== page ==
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Food Less Essential in Canadian Targets: CFO

TORONTO — Target Corp. does not need grocery departments as a traffic driver in most of its planned Canadian locations, a senior Target executive said at an investor conference here last week.

Most of the Zellers locations that the company acquired in 2011, which began reopening as Targets last month, “are outstanding sites — they are in great malls,” said John J. Mulligan, executive vice president and chief financial officer. “They are high frequency sites to start with, so we benefit from that traffic naturally. And so while food is an important component, we perhaps don’t need the food as much to drive the frequency because we’re already in those high-frequency locations.”

That’s a benefit the company expects from its Canadian stores “perhaps more so than the whole chain in the U.S.,” he said in a presentation at the CIBC World Markets Retail and Consumer Conference.

“It is still very important that as part of a convenience trip, you know you can get food,” Mulligan explained. “In order to drive frequency and get that kind of midweek trip, food’s an important element.”

The stores will carry a limited grocery assortment, with prepackaged produce and meats and several freezer doors, but they will not carry the full P-fresh market assortment found in new and remodeled stores in the U.S.

Mulligan also said he believes the Canadian grocery competition is more formidable than what Target faces in the U.S.


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“When you look across the spectrum of the operators, they are very, very strong operators in Canada,” he said. “You look at the grocery operators — very, very strong, much stronger than that what we see in the U.S.”

He also noted, however, that retail square footage per capita was lower in Canada than it is in the U.S., suggesting that the chain might face less competition overall.

Mulligan also noted that Target would be competing against some familiar adversaries in U.S.-based rivals Wal-Mart Stores and Costco Wholesale Corp., both of which have a strong presence in Canada, as well as Canadian general merchandise retailer Canadian Tire.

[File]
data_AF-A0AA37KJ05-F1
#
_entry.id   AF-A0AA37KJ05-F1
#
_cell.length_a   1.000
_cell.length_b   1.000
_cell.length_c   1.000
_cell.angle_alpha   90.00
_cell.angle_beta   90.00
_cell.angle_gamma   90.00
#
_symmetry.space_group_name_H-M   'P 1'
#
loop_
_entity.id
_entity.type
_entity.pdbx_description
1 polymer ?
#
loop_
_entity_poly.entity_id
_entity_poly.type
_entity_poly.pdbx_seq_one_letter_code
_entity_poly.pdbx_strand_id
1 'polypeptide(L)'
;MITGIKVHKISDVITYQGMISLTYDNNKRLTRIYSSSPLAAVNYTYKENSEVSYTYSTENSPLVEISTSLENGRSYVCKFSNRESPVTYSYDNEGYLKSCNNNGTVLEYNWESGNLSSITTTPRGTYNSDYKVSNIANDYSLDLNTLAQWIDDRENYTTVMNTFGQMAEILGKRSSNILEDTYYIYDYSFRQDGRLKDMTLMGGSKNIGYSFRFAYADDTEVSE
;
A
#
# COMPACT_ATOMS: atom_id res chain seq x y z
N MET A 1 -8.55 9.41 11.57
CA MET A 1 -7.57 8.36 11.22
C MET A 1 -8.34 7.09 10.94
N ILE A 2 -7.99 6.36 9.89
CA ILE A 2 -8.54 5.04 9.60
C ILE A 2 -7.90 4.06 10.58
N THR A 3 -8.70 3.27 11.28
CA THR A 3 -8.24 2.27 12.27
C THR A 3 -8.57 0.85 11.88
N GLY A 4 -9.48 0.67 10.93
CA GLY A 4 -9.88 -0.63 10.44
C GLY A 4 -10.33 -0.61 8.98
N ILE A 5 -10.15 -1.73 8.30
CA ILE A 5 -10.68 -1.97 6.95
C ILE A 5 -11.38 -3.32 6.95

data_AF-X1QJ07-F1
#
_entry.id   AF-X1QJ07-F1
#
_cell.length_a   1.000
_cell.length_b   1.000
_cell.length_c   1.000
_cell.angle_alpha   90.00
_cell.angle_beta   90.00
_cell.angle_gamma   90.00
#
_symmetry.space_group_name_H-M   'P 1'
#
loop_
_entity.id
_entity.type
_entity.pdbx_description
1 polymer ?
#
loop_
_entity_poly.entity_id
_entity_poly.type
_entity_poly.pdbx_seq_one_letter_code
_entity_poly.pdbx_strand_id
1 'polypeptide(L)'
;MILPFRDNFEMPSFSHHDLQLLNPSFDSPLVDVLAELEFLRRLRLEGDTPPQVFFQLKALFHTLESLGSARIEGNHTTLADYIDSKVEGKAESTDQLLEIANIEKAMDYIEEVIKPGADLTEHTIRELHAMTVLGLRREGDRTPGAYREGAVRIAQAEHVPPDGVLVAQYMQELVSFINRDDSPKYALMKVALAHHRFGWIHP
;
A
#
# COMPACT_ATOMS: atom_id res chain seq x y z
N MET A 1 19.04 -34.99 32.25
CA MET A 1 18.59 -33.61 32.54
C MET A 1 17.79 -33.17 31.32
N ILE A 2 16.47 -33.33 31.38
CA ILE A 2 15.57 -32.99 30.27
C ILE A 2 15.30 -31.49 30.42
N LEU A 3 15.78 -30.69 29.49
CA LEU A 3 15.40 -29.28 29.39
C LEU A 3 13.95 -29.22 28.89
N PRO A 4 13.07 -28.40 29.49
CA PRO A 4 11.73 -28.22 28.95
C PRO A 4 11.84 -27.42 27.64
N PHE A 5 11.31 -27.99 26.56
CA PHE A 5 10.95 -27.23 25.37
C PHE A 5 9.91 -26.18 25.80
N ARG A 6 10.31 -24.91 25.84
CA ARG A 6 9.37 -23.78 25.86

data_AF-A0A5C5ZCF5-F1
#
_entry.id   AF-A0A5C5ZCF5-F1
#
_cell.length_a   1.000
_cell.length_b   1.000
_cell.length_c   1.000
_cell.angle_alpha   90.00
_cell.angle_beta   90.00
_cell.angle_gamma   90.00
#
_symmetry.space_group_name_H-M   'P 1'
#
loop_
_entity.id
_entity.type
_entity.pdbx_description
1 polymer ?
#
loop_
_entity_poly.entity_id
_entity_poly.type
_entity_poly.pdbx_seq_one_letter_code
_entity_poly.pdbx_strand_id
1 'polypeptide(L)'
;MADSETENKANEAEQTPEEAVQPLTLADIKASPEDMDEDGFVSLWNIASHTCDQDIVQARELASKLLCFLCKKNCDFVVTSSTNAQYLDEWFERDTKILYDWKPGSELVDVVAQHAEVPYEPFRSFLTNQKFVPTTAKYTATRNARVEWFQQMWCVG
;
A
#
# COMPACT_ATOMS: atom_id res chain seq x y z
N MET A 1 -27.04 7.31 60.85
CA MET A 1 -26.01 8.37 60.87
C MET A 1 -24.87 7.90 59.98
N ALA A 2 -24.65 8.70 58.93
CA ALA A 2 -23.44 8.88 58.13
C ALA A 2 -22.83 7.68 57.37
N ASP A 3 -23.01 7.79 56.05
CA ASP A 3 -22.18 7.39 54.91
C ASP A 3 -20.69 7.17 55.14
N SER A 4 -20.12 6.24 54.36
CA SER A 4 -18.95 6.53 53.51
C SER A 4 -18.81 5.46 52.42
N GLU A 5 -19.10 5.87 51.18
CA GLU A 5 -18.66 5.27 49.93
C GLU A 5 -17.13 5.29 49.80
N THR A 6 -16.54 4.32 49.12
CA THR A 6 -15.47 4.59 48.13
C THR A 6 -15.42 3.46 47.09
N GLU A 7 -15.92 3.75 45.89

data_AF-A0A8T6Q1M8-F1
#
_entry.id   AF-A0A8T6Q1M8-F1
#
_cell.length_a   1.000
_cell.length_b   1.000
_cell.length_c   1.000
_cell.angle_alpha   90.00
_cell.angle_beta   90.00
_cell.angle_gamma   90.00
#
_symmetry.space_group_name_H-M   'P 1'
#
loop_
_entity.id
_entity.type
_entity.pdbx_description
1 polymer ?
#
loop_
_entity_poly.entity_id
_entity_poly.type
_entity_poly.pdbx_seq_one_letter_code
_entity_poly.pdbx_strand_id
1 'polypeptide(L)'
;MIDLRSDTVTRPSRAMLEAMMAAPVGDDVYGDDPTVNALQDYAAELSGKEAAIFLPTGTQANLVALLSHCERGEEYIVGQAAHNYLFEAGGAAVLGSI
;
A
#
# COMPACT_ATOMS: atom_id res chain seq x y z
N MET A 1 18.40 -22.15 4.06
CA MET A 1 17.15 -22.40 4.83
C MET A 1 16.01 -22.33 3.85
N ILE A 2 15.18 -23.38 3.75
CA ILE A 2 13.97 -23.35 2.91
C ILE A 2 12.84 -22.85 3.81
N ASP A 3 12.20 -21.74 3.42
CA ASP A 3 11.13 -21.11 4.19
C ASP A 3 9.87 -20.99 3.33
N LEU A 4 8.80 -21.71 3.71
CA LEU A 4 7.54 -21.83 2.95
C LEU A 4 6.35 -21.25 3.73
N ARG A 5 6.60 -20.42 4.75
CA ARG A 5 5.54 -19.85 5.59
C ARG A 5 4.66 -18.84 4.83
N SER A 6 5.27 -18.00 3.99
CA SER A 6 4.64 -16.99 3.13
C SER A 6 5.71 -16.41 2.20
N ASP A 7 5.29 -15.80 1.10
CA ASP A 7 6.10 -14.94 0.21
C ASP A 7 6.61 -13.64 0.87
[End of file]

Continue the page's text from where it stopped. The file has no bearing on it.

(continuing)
Target is investing $10 million to $12 million per store to renovate the Zellers locations it is converting, plus an additional 50% or so in the case of expansions, Mulligan explained. The goal, he said, is to completely refurbish the stores to make them on a par with any of new stores the company has opened in the U.S.

“As we talk to Canadian consumers, the No. 1 thing we heard loud and clear, over and over and over again, is, ‘We want Target. We don’t want Target light. We don’t want Target Canada. We want the whole Target experience. We want the way store looks. We want the bright aisles, great service. We want the home, apparel,’” Mulligan said. “They wanted the whole package.”

Asked about reported out-of-stocks at the newly opened Target stores, Mulligan said the company had built up so much demand that opening-day crowds were bigger than the company had been expecting.

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“Our marketing team, if you give them two years, they are really good at generating buzz and excitement and anticipation, and they did an outstanding job,” Mulligan said. “We have seen overwhelming response, as Canadian consumers have come into the stores, and we’re thrilled by that because that’s a great problem to have, is more people than we expected.”

He noted that the stores were “blowing out of milk” in the first few days, a situation that a Target spokeswoman told SN the company was getting under control.

Mulligan reiterated Target’s goals of achieving $6 billion in annual sales from the Canadian stores by 2017. The company plans to open 124 this year, then five to 10 stores next year and another five or so in the following years, with a goal of 150 by 2017.

He said he expects “sales per store a little bit higher on average than what we see in the U.S.”

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